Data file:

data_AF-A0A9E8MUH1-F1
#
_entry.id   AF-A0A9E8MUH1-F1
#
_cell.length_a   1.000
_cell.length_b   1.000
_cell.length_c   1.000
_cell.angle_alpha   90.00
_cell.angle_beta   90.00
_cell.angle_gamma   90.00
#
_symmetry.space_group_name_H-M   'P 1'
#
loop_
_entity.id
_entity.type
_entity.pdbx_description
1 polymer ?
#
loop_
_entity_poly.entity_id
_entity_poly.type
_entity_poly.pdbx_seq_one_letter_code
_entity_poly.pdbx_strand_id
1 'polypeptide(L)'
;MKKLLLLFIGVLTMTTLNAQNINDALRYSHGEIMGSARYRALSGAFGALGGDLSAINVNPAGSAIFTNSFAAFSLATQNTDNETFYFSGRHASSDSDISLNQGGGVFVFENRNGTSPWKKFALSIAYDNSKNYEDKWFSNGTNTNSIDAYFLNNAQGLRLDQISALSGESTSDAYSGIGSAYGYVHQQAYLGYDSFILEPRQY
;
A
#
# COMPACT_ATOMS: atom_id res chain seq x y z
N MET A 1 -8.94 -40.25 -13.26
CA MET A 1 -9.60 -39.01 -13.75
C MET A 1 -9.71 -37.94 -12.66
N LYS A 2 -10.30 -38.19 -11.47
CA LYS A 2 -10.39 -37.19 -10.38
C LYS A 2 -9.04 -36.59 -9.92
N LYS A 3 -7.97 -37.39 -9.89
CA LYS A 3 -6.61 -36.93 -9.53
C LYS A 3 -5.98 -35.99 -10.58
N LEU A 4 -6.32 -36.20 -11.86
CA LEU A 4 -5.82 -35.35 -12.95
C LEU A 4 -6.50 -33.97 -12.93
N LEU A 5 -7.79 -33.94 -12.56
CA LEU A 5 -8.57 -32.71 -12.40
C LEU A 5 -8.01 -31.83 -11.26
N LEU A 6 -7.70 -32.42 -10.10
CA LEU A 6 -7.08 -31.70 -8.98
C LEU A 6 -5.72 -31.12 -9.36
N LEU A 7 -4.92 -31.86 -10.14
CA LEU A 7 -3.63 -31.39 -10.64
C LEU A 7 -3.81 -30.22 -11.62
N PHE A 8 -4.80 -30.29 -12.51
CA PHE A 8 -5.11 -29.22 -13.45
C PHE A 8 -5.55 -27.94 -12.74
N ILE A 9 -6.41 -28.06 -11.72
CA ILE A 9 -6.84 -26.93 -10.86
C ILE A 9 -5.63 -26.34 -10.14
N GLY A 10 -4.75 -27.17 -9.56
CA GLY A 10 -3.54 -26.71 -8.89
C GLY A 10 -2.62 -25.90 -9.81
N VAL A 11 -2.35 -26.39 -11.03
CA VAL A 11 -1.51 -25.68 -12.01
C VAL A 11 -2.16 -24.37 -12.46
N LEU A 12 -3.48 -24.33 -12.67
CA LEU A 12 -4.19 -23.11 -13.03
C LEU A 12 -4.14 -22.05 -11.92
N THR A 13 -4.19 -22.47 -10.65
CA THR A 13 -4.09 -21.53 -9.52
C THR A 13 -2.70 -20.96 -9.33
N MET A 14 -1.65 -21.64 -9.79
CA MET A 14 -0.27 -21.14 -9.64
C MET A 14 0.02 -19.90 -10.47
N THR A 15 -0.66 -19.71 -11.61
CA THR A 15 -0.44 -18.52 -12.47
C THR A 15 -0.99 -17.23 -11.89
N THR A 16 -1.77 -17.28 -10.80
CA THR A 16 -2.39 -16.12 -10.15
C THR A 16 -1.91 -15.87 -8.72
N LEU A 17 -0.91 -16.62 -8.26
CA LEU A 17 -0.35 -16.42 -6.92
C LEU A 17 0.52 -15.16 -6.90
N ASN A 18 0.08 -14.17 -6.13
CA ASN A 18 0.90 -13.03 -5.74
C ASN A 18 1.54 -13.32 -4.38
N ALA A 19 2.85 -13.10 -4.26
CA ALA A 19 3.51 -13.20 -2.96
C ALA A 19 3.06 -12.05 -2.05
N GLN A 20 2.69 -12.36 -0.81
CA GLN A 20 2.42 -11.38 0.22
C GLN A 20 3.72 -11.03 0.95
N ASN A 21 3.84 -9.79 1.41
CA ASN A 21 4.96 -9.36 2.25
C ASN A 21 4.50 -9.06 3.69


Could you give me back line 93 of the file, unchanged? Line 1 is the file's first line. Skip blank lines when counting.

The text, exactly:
C ASN A 21 4.50 -9.06 3.69